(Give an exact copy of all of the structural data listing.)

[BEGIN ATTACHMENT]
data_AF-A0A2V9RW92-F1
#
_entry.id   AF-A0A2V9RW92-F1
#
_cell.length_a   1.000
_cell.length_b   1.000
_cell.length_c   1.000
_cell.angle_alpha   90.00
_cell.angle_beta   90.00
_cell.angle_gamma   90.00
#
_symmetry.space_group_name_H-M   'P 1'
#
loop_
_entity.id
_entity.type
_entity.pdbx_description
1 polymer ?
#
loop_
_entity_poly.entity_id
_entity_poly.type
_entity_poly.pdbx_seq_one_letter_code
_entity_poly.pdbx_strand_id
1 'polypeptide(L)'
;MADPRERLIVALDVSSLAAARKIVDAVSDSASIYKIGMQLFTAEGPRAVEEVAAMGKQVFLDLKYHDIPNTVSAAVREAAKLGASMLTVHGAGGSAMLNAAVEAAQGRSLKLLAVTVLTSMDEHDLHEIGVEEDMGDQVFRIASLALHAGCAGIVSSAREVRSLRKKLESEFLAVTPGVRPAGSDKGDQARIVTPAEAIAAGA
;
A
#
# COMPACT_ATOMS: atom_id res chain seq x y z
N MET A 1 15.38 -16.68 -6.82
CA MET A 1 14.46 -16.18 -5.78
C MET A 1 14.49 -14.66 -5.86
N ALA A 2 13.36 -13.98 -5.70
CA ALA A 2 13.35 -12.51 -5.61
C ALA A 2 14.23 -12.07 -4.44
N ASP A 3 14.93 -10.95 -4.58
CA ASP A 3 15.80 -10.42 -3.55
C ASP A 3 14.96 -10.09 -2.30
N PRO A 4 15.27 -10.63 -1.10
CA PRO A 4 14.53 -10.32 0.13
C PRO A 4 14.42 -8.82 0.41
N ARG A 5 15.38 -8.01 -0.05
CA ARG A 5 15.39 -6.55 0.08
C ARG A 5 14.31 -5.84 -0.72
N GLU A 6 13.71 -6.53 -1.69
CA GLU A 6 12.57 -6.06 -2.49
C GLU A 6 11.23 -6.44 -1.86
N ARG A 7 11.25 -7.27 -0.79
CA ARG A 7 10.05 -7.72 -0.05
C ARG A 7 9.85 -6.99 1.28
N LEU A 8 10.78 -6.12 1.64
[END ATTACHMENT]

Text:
data_AF-A0A2V9RW92-F1
#
_entry.id   AF-A0A2V9RW92-F1
#
_cell.length_a   1.000
_cell.length_b   1.000
_cell.length_c   1.000
_cell.angle_alpha   90.00
_cell.angle_beta   90.00
_cell.angle_gamma   90.00
#
_symmetry.space_group_name_H-M   'P 1'
#
loop_
_entity.id
_entity.type
_entity.pdbx_description
1 polymer ?
#
loop_
_entity_poly.entity_id
_entity_poly.type
_entity_poly.pdbx_seq_one_letter_code
_entity_poly.pdbx_strand_id
1 'polypeptide(L)'
;MADPRERLIVALDVSSLAAARKIVDAVSDSASIYKIGMQLFTAEGPRAVEEVAAMGKQVFLDLKYHDIPNTVSAAVREAAKLGASMLTVHGAGGSAMLNAAVEAAQGRSLKLLAVTVLTSMDEHDLHEIGVEEDMGDQVFRIASLALHAGCAGIVSSAREVRSLRKKLESEFLAVTPGVRPAGSDKGDQARIVTPAEAIAAGA
;
A
#
# COMPACT_ATOMS: atom_id res chain seq x y z
N MET A 1 15.38 -16.68 -6.82
CA MET A 1 14.46 -16.18 -5.78
C MET A 1 14.49 -14.66 -5.86
N ALA A 2 13.36 -13.98 -5.70
CA ALA A 2 13.35 -12.51 -5.61
C ALA A 2 14.23 -12.07 -4.44
N ASP A 3 14.93 -10.95 -4.58
CA ASP A 3 15.80 -10.42 -3.55
C ASP A 3 14.96 -10.09 -2.30
N PRO A 4 15.27 -10.63 -1.10
CA PRO A 4 14.53 -10.32 0.13
C PRO A 4 14.42 -8.82 0.41
N ARG A 5 15.38 -8.01 -0.05
CA ARG A 5 15.39 -6.55 0.08
C ARG A 5 14.31 -5.84 -0.72
N GLU A 6 13.71 -6.53 -1.69
CA GLU A 6 12.57 -6.06 -2.49
C GLU A 6 11.23 -6.44 -1.86
N ARG A 7 11.25 -7.27 -0.79
CA ARG A 7 10.05 -7.72 -0.05
C ARG A 7 9.85 -6.99 1.28
N LEU A 8 10.78 -6.12 1.64